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Currently Law enforcement agencies (LEA) take your entire server (or perhaps all servers) in a VPS/Cloud or multi-tenant situation.

Have we thought of any policy guidelines where VM images/snapshots can be kepts and provided as evidence in lieu of the actually hardware?

Is there any group advocating policy change with technological alternatives to the sledgehammer approach?

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Don't get into this situation in the first place, if possible. Have an acceptable use policy and enforce it vigorously. –  Michael Hampton Oct 4 '12 at 18:10
    
but what if one of our VPS system is hacked into and used for wrongful purposes? –  intiha Oct 5 '12 at 4:34
    
Memory dumps and other things can be just as important, if not more important, than VM/disk snapshots. You need an expert incident handler -- not a forensics disk monkey or piece of forensics software. –  atdre Oct 5 '12 at 14:33

1 Answer 1

Law enforcement do not care about your uptime. Law enforcement do not care about your losses. They want to preserve chain of custody and integrity of evidence. If your gear is seized as part of a raid, they'll take your whole machine. If you want to prosecute someone for breaking into your box, they'll demand a provably identical image of the drive, obtained via a method that is known to be forensically sound. For this reason, companies like Guidance will send someone to defend their forensic software in court for free, if you require it.

Law enforcement will not accept a VMWare image, because they have to prove to a judge that they have a 100% accurate copy of the data. Trying to defend a non-standard process when they've got defence lawyers staring them in the face is not something they want to try. The notion of the technicality is a common one.

At the end of the day, you need to ensure that you can make a forensic copy of the drive, and maintain chain of custody on the evidence. A defence lawyer will ask you how you know that the copy was accurate, and how you can prove that the copy or original drive was not tampered with. If you can't answer that, they'll tear your case apart.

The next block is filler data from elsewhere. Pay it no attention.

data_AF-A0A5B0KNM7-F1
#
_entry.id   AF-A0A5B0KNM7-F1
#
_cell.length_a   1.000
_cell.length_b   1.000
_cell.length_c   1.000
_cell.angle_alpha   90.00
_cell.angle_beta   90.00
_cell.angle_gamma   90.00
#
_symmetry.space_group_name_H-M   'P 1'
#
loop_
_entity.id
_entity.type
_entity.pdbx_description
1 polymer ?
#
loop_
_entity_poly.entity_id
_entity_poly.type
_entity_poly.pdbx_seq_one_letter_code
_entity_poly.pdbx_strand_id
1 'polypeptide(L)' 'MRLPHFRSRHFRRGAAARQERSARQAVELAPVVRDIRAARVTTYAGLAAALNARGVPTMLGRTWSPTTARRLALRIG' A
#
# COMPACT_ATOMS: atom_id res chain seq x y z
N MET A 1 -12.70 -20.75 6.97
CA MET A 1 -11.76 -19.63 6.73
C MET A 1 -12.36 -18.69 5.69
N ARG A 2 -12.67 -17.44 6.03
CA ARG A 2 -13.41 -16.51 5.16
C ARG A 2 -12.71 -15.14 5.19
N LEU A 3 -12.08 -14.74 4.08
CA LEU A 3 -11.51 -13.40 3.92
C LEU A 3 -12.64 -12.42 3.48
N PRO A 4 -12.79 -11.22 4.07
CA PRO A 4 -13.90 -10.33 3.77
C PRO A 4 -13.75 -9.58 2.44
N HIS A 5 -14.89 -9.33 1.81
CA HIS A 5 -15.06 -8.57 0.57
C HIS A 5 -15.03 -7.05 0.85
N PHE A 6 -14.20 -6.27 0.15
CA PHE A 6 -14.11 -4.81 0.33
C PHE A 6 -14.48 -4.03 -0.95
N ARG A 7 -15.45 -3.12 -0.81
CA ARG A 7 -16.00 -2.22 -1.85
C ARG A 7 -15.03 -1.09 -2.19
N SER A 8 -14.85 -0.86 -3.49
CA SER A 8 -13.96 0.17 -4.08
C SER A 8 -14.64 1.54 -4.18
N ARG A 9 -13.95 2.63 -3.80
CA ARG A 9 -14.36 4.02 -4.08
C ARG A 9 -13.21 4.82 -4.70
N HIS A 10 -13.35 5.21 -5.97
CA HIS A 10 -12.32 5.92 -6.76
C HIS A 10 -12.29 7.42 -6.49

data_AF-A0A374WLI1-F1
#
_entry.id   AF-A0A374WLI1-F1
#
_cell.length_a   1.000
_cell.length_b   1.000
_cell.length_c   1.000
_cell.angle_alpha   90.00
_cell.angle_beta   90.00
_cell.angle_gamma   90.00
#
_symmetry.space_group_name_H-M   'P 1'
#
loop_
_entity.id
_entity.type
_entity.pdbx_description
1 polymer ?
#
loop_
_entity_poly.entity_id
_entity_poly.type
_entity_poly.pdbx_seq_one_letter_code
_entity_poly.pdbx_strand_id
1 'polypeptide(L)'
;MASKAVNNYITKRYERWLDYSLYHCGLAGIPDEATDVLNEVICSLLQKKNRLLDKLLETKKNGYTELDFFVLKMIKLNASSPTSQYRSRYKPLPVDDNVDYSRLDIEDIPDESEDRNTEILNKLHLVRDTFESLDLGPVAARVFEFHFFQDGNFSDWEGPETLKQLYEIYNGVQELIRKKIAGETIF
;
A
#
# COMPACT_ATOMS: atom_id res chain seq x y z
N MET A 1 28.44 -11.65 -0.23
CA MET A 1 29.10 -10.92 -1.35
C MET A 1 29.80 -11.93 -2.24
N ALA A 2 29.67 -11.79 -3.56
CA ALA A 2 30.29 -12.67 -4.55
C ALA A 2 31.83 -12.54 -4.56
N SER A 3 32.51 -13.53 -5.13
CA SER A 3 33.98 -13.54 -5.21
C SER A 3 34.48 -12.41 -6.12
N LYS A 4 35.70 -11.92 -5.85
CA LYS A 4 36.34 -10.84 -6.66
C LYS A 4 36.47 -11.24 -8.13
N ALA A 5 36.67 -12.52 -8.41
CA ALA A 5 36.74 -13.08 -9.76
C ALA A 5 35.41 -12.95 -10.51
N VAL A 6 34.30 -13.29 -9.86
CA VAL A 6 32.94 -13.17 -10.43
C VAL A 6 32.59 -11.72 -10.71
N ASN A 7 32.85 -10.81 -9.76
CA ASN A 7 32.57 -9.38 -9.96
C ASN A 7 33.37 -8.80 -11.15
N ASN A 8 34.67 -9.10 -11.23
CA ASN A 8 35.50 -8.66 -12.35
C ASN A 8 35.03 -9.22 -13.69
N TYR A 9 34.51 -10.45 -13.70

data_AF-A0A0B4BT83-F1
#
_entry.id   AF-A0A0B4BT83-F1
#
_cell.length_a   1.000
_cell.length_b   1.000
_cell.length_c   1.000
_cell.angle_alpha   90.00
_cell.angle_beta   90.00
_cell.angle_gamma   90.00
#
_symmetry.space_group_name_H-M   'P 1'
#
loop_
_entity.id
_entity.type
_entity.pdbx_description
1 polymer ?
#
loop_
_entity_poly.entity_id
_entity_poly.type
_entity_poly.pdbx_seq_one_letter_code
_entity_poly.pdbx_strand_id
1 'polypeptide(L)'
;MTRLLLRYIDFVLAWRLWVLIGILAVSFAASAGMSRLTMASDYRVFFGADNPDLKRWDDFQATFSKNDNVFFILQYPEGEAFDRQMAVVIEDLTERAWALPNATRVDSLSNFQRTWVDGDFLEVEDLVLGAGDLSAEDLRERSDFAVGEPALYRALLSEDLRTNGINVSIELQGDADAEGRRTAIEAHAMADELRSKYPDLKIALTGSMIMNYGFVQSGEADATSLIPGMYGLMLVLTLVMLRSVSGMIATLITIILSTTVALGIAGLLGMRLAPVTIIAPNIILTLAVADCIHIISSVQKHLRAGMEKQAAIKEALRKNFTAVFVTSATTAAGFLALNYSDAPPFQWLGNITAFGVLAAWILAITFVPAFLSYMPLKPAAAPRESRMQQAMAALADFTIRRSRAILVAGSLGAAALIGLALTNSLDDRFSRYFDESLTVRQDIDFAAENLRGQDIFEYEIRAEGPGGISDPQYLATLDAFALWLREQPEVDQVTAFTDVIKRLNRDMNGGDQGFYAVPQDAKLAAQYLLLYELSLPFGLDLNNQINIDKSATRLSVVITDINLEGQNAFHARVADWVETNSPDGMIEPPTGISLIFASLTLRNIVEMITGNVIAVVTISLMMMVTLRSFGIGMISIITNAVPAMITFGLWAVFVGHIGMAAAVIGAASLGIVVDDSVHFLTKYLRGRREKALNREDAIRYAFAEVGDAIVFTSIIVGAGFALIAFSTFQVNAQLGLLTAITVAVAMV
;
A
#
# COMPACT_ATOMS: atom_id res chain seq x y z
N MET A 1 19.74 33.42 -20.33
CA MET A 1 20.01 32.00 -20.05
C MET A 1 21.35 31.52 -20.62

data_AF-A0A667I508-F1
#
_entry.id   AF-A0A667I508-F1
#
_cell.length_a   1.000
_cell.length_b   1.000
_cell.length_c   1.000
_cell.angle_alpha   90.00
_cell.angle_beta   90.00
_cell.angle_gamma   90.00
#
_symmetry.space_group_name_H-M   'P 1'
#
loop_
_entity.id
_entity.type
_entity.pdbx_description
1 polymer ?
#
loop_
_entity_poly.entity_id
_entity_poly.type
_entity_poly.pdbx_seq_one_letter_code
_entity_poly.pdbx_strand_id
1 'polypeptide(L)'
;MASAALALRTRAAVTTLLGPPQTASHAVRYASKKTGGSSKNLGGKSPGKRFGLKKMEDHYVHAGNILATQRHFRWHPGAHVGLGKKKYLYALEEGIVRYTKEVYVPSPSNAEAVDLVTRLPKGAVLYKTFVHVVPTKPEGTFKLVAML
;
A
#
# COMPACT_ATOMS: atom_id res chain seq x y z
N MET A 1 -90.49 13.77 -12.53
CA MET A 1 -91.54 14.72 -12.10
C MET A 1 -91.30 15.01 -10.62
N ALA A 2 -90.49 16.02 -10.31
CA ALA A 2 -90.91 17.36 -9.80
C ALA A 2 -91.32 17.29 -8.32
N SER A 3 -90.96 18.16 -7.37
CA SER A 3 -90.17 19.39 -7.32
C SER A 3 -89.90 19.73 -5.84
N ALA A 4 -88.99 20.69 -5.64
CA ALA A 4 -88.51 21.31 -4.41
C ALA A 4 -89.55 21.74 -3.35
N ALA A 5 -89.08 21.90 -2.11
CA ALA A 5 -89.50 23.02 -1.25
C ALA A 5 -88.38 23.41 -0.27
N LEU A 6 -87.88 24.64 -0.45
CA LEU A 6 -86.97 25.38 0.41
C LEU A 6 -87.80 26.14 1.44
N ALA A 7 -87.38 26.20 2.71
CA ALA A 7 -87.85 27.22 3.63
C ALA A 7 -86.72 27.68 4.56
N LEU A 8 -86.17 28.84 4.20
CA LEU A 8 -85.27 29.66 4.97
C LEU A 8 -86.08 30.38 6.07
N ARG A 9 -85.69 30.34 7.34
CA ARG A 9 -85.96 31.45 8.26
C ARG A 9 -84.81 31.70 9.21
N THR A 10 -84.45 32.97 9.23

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thanks, this is really insightful... but my question still remains... have we thought of policy decisions that can make the claim of provable accurate copies of the machine for the agencies so that the issue gets resolved. Are there no advocacy groups working on it? if not shouldnt there be? –  intiha Oct 5 '12 at 4:51
    
We already can make the claim, but the original device (hard disk at minimum) is evidence. It's got nothing to do with making copies. You wouldn't dream of walking into a murder trial with an exact copy of the murder weapon instead of the real thing - don't expect special treatment because your case is about digital forensics. Without an exact original, with hard drive serial numbers and the rest, you cannot prove, to the extent that is required by law, that the first copy is exact. The whole point of copies is to do forensic investigation on, so if you break it you just run dd again. –  Polynomial Oct 5 '12 at 7:21
    
If you've got an hour or so to spare, listen to LiquidMatrix Security Podcast episode 0xF - there's an awesome section in there about digital forensics and proving your case in court. All of the guys on there have done this. –  Polynomial Oct 5 '12 at 7:24
    
You'd do better to stand the problem on it's head - assuming that your vm itself isn't at fault/illegal, then you're free to continue using it going forward on new hardware - but the original poster has it right - chain of custody and integrity of evidence are key, and nothing will be allowed to interfere with that –  Mark Mullin Oct 6 '12 at 3:34

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